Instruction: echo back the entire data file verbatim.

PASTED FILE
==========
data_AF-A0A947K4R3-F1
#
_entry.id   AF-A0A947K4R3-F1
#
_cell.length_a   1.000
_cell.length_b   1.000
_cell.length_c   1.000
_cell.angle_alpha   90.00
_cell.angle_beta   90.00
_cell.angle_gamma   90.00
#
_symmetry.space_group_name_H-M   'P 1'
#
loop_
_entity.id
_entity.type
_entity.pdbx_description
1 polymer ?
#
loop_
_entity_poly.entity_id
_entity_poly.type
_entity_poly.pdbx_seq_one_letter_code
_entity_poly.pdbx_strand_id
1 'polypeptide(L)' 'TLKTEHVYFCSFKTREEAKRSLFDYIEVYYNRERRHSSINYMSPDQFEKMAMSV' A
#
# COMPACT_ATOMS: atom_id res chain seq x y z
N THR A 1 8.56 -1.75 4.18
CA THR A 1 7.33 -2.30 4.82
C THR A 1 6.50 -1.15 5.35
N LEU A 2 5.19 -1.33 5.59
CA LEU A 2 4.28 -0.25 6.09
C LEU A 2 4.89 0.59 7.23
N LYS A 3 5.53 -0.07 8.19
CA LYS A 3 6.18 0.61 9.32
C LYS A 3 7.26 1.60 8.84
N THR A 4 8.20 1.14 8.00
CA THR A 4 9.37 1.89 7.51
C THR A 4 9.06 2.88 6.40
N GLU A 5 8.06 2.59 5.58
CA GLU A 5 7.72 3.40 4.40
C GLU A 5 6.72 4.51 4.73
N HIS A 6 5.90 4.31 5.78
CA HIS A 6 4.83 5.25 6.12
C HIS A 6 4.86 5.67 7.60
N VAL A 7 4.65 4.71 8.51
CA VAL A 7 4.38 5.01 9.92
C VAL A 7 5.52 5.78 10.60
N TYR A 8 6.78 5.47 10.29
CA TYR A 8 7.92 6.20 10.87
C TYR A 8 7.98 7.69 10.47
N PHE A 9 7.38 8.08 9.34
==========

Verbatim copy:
data_AF-A0A947K4R3-F1
#
_entry.id   AF-A0A947K4R3-F1
#
_cell.length_a   1.000
_cell.length_b   1.000
_cell.length_c   1.000
_cell.angle_alpha   90.00
_cell.angle_beta   90.00
_cell.angle_gamma   90.00
#
_symmetry.space_group_name_H-M   'P 1'
#
loop_
_entity.id
_entity.type
_entity.pdbx_description
1 polymer ?
#
loop_
_entity_poly.entity_id
_entity_poly.type
_entity_poly.pdbx_seq_one_letter_code
_entity_poly.pdbx_strand_id
1 'polypeptide(L)' 'TLKTEHVYFCSFKTREEAKRSLFDYIEVYYNRERRHSSINYMSPDQFEKMAMSV' A
#
# COMPACT_ATOMS: atom_id res chain seq x y z
N THR A 1 8.56 -1.75 4.18
CA THR A 1 7.33 -2.30 4.82
C THR A 1 6.50 -1.15 5.35
N LEU A 2 5.19 -1.33 5.59
CA LEU A 2 4.28 -0.25 6.09
C LEU A 2 4.89 0.59 7.23
N LYS A 3 5.53 -0.07 8.19
CA LYS A 3 6.18 0.61 9.32
C LYS A 3 7.26 1.60 8.84
N THR A 4 8.20 1.14 8.00
CA THR A 4 9.37 1.89 7.51
C THR A 4 9.06 2.88 6.40
N GLU A 5 8.06 2.59 5.58
CA GLU A 5 7.72 3.40 4.40
C GLU A 5 6.72 4.51 4.73
N HIS A 6 5.90 4.31 5.78
CA HIS A 6 4.83 5.25 6.12
C HIS A 6 4.86 5.67 7.60
N VAL A 7 4.65 4.71 8.51
CA VAL A 7 4.38 5.01 9.92
C VAL A 7 5.52 5.78 10.60
N TYR A 8 6.78 5.47 10.29
CA TYR A 8 7.92 6.20 10.87
C TYR A 8 7.98 7.69 10.47
N PHE A 9 7.38 8.08 9.34